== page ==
Short Meditations in John 5: 41. Not Human Testimony
Jn 5:41 I do not accept praise from men,
Here is another of those tricky bits about doing a meditation on a single verse for this one is going to continue, “but I know you,” and he will then say what he knows about them again. But the verse before this present one declared, “yet you refuse to come to me to have life.”
So now we have the context we can see that Jesus is saying, “Look you disregard the scriptures about me and so refuse to come to me, but I don’t want you to come to me to praise me, but to find salvation through me” (implied). The “but I know you” follow on is going to say that they are not open to God for His salvation that Jesus will be bringing.
Back in v.34, referring to John the Baptist, Jesus had said, “Not that I accept human testimony,” which has a similar ring to it and yet is different. There he was pointing out that he did not need human testimony for he had the testimony of the Father. Now he is saying he doesn’t need or want praise from men. To think that all of this discussion is about getting people to like and accept him is to miss the point. Yes, everything about Jesus is wonderful and should evoke praise and worship within us, because he is the Son of God from heaven, but that is different from saying he needs our praise. That almost implies that he would need our praise to verify who he is; he doesn’t! He knows exactly who he is and the Father knows exactly who he is and so what we say changes nothing about who he is.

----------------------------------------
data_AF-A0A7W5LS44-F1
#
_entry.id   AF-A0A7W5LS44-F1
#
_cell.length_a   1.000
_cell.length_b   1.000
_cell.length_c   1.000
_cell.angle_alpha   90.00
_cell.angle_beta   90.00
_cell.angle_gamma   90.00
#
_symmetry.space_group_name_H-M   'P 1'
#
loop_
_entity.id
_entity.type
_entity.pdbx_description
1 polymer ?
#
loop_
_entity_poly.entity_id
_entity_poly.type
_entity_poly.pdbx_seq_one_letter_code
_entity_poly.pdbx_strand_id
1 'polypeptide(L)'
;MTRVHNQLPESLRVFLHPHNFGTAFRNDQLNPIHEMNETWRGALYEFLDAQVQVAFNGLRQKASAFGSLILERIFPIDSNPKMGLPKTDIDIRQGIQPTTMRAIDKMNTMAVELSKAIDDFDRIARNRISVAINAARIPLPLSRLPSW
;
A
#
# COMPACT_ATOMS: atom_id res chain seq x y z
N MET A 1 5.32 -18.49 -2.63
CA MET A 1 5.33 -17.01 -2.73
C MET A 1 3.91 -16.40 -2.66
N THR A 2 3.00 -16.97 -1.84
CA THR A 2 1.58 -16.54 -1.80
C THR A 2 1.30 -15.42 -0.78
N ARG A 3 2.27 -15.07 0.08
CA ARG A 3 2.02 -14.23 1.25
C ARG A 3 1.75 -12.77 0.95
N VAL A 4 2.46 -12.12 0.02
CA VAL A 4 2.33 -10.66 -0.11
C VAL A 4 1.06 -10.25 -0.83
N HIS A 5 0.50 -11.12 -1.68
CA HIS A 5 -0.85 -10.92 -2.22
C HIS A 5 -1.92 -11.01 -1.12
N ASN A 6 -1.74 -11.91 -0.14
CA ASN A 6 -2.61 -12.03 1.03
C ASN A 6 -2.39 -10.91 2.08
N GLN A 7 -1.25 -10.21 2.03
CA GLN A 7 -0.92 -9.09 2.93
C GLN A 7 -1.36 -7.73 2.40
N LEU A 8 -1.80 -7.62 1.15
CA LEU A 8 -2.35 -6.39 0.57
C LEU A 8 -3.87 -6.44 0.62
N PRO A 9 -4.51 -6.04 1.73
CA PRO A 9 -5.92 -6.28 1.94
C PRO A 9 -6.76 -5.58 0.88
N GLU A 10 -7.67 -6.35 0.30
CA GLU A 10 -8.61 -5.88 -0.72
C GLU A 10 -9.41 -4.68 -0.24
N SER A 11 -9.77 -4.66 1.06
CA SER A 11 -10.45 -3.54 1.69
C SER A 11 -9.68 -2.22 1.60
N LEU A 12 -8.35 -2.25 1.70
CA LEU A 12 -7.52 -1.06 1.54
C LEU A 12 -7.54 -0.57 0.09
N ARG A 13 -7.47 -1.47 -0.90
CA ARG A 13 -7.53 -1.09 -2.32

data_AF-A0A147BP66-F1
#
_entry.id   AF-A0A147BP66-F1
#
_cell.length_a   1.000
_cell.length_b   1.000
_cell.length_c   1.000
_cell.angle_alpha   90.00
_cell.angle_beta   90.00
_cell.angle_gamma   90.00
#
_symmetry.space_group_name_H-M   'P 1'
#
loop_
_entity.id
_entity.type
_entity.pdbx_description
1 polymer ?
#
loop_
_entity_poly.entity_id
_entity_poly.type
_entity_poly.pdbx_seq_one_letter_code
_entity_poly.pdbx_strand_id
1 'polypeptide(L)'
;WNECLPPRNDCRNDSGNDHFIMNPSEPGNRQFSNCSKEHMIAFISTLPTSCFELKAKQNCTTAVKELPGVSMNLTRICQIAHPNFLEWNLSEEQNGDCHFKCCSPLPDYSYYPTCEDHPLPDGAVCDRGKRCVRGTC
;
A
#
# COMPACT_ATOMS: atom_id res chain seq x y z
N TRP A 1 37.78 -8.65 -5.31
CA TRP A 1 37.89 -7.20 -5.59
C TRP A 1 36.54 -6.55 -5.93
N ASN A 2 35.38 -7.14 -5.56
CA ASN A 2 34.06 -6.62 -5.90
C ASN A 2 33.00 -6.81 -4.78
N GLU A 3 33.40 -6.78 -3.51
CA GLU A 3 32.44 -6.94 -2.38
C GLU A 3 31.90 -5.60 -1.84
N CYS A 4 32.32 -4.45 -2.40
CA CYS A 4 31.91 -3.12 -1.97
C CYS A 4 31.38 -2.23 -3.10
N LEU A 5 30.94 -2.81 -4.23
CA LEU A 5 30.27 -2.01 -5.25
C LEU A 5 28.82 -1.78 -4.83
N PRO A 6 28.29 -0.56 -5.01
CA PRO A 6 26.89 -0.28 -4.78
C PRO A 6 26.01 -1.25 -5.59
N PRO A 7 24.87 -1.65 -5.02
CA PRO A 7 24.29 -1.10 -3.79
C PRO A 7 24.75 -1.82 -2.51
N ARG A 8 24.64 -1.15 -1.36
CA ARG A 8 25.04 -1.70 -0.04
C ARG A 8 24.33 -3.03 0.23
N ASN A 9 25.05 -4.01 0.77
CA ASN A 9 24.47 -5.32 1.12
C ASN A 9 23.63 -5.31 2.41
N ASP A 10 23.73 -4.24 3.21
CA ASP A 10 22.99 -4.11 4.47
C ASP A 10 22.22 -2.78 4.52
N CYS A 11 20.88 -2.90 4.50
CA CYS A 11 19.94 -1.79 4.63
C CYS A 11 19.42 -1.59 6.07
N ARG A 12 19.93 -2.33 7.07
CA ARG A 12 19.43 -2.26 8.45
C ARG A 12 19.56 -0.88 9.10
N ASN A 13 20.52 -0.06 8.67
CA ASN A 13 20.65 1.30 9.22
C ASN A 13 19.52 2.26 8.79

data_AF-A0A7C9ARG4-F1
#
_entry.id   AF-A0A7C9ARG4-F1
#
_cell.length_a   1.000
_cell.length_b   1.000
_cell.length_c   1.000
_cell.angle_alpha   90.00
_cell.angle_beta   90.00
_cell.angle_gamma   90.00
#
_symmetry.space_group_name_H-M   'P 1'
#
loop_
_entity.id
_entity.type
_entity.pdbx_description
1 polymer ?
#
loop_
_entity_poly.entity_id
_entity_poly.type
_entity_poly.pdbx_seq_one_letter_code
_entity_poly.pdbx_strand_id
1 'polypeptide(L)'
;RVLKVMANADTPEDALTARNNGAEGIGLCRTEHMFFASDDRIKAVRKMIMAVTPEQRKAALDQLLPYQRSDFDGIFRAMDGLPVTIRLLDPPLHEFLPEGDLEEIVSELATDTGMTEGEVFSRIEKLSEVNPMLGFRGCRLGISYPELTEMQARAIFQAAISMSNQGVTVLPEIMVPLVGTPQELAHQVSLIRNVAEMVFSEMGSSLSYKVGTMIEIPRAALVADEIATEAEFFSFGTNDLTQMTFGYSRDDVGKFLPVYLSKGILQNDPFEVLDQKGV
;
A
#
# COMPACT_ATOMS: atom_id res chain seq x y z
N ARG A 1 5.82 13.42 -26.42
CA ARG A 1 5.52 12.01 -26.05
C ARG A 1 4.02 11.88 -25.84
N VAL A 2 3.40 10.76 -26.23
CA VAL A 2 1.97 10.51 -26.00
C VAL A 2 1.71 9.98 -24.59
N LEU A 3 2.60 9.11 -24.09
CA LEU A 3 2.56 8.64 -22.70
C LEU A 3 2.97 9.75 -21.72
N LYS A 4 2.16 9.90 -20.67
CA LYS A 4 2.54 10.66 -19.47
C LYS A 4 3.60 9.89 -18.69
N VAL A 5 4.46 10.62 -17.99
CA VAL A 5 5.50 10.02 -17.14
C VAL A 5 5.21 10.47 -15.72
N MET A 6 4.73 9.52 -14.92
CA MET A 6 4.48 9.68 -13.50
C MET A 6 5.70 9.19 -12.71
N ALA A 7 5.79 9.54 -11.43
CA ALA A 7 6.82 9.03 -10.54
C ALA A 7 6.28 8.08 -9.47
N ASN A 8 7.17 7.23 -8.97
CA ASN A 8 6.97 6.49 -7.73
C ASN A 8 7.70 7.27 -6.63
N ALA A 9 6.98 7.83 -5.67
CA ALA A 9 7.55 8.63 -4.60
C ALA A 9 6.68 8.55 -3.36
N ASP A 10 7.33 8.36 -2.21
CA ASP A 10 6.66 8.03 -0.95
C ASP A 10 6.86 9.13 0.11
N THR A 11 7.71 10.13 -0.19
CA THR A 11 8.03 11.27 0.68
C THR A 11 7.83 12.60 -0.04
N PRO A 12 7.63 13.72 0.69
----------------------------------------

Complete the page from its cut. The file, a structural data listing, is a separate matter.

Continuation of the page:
So often when we are in ‘apologetics mode’ we tend to think we need to get people to accept what a great guy Jesus was. No, we don’t. We need to get them (with the help and direction of the Holy Spirit) to accept their sinful state and their need of salvation. Thereafter we are simply to show them that Jesus was and is the Son of God who has come to carry out the plan of the Godhead to die for our sins and become the means of that salvation.
The fascinating thing, in my experience at least, is that praise for Jesus, I have observed, comes after a person has accepted Jesus into their life as Lord and Saviour. Only then, by the enabling of the Holy Spirit, are our eyes opened to see the wonder of who is he.
If this is true, and I believe it is, then this whole passage in this long discussion with Jesus is not to convince these hard-hearted Jews about who he is – for they are set in their ways and this hard-heartedness will be what drives them to eventually bring about his crucifixion – but simply to show us, John’s readers down through history, this hard-heartedness that existed in them that pushed through the events to culminate in his death.